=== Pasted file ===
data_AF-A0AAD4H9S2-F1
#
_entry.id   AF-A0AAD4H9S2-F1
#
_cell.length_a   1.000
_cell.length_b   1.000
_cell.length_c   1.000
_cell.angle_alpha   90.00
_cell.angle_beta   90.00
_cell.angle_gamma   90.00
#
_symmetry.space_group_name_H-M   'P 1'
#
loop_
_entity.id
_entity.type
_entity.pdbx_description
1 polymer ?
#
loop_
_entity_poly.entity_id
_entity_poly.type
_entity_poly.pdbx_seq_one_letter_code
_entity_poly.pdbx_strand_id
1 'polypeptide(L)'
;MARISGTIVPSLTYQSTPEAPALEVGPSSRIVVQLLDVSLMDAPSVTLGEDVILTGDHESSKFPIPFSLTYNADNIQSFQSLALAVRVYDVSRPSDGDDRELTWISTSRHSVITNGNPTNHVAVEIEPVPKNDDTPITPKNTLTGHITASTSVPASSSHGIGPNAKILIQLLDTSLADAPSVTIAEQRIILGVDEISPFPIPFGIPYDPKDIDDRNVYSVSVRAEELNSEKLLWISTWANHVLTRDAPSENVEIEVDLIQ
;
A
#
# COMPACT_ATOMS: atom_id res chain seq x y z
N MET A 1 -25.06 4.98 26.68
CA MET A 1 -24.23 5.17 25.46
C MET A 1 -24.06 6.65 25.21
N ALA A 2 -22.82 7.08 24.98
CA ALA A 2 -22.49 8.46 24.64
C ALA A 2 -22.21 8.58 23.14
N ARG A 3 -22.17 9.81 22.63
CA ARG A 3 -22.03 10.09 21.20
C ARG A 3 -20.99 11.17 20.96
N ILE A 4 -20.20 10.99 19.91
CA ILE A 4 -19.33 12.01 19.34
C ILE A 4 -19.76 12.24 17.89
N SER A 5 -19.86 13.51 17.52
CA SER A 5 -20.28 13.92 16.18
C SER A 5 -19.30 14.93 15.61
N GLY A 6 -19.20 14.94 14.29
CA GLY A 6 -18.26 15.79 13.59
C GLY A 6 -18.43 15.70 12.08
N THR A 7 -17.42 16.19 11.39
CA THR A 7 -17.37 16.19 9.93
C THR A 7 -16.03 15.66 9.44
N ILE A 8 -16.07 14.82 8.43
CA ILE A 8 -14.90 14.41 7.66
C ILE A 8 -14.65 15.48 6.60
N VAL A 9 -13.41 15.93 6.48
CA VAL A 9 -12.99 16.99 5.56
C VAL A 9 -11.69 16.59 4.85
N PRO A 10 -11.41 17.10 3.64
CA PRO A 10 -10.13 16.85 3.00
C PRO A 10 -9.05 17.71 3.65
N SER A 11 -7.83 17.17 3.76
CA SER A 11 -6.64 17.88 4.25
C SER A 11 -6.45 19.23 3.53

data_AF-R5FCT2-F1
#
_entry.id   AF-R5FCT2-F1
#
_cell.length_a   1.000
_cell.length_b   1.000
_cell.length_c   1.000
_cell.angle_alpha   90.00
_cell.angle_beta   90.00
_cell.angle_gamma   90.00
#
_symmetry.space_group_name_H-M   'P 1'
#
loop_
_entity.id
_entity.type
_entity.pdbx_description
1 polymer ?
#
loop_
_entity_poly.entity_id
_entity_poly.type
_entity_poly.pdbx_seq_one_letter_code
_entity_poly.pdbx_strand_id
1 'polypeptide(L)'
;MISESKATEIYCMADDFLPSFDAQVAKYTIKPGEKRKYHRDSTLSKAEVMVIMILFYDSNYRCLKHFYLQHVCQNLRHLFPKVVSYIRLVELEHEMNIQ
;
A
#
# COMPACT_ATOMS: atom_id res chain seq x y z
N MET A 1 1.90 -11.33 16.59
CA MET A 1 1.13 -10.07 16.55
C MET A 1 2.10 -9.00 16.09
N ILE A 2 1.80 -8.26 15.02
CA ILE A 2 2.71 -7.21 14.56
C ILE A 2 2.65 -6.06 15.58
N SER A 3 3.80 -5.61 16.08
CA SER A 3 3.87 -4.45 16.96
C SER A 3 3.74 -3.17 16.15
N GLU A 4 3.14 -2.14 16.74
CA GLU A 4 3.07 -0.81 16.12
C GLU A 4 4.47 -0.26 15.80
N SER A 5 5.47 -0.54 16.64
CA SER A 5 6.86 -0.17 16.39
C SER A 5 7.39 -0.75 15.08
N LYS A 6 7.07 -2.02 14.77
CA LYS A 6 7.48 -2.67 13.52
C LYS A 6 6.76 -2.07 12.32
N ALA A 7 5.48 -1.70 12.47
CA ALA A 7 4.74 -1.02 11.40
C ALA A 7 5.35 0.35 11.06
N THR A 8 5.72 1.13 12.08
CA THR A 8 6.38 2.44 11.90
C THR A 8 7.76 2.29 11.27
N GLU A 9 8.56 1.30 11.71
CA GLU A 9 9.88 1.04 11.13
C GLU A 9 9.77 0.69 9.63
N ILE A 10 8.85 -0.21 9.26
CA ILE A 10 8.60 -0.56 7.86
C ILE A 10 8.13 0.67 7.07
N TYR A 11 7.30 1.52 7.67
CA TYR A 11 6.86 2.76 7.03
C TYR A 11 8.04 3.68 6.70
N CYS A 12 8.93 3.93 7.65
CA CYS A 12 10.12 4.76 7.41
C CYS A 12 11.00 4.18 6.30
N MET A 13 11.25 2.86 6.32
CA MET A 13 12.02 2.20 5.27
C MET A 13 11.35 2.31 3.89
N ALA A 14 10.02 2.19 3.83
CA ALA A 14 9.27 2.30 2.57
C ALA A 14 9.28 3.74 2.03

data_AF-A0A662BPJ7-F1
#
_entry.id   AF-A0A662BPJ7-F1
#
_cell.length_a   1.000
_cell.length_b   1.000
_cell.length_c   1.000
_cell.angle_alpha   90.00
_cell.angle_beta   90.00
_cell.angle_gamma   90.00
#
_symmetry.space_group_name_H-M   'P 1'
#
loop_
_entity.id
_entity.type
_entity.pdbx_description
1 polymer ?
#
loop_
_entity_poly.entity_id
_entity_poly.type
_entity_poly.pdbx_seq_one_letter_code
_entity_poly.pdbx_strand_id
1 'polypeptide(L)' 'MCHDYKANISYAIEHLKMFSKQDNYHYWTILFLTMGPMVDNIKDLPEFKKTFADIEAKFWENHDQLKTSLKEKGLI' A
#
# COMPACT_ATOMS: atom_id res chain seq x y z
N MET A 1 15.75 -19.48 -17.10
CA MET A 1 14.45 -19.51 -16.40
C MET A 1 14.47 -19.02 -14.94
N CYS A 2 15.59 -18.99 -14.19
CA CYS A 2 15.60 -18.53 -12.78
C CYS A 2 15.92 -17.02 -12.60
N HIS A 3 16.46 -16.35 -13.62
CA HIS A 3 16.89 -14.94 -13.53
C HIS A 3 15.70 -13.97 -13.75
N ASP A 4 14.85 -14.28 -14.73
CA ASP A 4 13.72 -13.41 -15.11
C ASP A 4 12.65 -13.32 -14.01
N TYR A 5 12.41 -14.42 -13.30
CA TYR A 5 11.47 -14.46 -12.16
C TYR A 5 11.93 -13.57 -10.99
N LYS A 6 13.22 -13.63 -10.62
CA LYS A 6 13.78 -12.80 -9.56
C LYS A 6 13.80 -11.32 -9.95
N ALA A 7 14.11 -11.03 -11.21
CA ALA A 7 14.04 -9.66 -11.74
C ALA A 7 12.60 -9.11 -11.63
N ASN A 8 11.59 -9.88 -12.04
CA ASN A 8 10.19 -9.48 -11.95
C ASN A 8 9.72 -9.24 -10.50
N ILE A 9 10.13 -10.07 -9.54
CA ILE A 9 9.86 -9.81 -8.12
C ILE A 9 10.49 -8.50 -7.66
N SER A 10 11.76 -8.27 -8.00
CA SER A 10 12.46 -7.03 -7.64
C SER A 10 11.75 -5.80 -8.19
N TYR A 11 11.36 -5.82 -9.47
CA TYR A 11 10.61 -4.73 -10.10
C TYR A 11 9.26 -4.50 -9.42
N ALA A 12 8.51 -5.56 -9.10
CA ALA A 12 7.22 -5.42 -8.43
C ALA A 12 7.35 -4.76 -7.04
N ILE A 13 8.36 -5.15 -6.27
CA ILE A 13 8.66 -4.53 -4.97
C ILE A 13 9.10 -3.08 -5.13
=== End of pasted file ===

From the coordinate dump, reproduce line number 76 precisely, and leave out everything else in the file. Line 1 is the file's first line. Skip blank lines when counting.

#